19. TGF-beta type II receptor-deficient thymocytes develop normally but demonstrate increased CD8+ proliferation in vivo. Levéen, P., Carlsén, M., Makowska, A., Oddsson, S., Larsson, J., Goumans, M.J., Cilio, C.M., Karlsson, S. Blood (2005) [Pubmed]
  20. Changes in levels of mRNAs of transforming growth factor (TGF)-beta1, -beta2, -beta3, TGF-beta type II receptor and sulfated glycoprotein-2 during apoptosis of mouse uterine epithelium. Wada, K., Nomura, S., Morii, E., Kitamura, Y., Nishizawa, Y., Miyake, A., Terada, N. J. Steroid Biochem. Mol. Biol. (1996) [Pubmed]
  21. Expression of TGF-beta s and TGF-beta type II receptor mRNAs in mouse folliculogenesis: stored maternal TGF-beta 2 message in oocytes. Schmid, P., Cox, D., van der Putten, H., McMaster, G.K., Bilbe, G. Biochem. Biophys. Res. Commun. (1994) [Pubmed]
  22. Effects of high glucose and TGF-beta1 on the expression of collagen IV and vascular endothelial growth factor in mouse podocytes. Iglesias-de la Cruz, M.C., Ziyadeh, F.N., Isono, M., Kouahou, M., Han, D.C., Kalluri, R., Mundel, P., Chen, S. Kidney Int. (2002) [Pubmed]
  23. Disruption of transforming growth factor beta signaling by a novel ligand-dependent mechanism. Fernandez, T., Amoroso, S., Sharpe, S., Jones, G.M., Bliskovski, V., Kovalchuk, A., Wakefield, L.M., Kim, S.J., Potter, M., Letterio, J.J. J. Exp. Med. (2002) [Pubmed]
  24. Assembly of TbetaRI:TbetaRII:TGFbeta ternary complex in vitro with receptor extracellular domains is cooperative and isoform-dependent. Zúñiga, J.E., Groppe, J.C., Cui, Y., Hinck, C.S., Contreras-Shannon, V., Pakhomova, O.N., Yang, J., Tang, Y., Mendoza, V., López-Casillas, F., Sun, L., Hinck, A.P. J. Mol. Biol. (2005) [Pubmed]
  25. Induced disruption of the transforming growth factor beta type II receptor gene in mice causes a lethal inflammatory disorder that is transplantable. Levéen, P., Larsson, J., Ehinger, M., Cilio, C.M., Sundler, M., Sjöstrand, L.J., Holmdahl, R., Karlsson, S. Blood (2002) [Pubmed]
  26. Heterozygous mice for TGF-betaIIR gene are resistant to the progression of streptozotocin-induced diabetic nephropathy. Kim, H.W., Kim, B.C., Song, C.Y., Kim, J.H., Hong, H.K., Lee, H.S. Kidney Int. (2004) [Pubmed]
  27. Differential responsiveness to autocrine and exogenous transforming growth factor (TGF) beta1 in cells with nonfunctional TGF-beta receptor type III. Deng, X., Bellis, S., Yan, Z., Friedman, E. Cell Growth Differ. (1999) [Pubmed]
  28. Unique and selective effects of five Ets family members, Elf3, Ets1, Ets2, PEA3, and PU.1, on the promoter of the type II transforming growth factor-beta receptor gene. Kopp, J.L., Wilder, P.J., Desler, M., Kim, J.H., Hou, J., Nowling, T., Rizzino, A. J. Biol. Chem. (2004) [Pubmed]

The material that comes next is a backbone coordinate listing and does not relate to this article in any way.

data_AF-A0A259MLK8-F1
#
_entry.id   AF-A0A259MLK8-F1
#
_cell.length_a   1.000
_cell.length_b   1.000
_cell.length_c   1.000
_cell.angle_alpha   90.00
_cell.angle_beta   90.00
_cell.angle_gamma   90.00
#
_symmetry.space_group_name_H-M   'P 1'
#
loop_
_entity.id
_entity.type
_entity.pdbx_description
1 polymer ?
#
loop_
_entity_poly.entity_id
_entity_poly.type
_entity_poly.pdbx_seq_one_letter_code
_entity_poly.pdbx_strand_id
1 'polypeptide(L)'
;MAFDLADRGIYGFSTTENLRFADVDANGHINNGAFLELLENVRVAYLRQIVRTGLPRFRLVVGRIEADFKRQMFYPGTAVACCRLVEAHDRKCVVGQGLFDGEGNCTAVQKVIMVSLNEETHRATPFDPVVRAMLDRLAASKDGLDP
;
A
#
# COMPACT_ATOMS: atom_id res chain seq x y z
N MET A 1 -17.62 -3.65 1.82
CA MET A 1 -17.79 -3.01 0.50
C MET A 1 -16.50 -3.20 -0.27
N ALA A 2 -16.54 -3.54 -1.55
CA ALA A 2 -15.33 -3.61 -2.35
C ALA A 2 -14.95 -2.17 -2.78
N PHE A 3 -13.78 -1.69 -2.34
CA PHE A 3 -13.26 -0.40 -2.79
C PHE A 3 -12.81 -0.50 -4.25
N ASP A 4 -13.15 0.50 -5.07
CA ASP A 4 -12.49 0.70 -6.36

29. Attenuated type II TGF-beta receptor signalling in human malignant oral keratinocytes induces a less differentiated and more aggressive phenotype that is associated with metastatic dissemination. Huntley, S.P., Davies, M., Matthews, J.B., Thomas, G., Marshall, J., Robinson, C.M., Eveson, J.W., Paterson, I.C., Prime, S.S. Int. J. Cancer (2004) [Pubmed]
  30. Conditional deletion of the TGF-beta type II receptor in Col2a expressing cells results in defects in the axial skeleton without alterations in chondrocyte differentiation or embryonic development of long bones. Baffi, M.O., Slattery, E., Sohn, P., Moses, H.L., Chytil, A., Serra, R. Dev. Biol. (2004) [Pubmed]
  31. Restoration of expression of transforming growth factor-beta type II receptor in murine renal cell carcinoma (renca) cells by 5-Aza-2'-deoxycytidine. Zhang, Q., Rubenstein, J.N., Liu, V.C., Park, I., Jang, T., Lee, C. Life Sci. (2005) [Pubmed]
  32. Abrogation of betaglycan attenuates TGF-beta-mediated inhibition of embryonic murine lung branching morphogenesis in culture. P2ao, J., Tefft, J.D., Lee, M., Smith, S., Warburton, D. Mech. Dev. (1998) [Pubmed]
  33. Expression of TGF-beta s and their receptors during implantation and organogenesis of the mouse embryo. Roelen, B.A., Lin, H.Y., Knezević, V., Freund, E., Mummery, C.L. Dev. Biol. (1994) [Pubmed]
  34. Immunohistochemical localization of TGF-beta type II receptor and TGF-beta3 during palatogenesis in vivo and in vitro. Cui, X.M., Warburton, D., Zhao, J., Crowe, D.L., Shuler, C.F. Int. J. Dev. Biol. (1998) [Pubmed]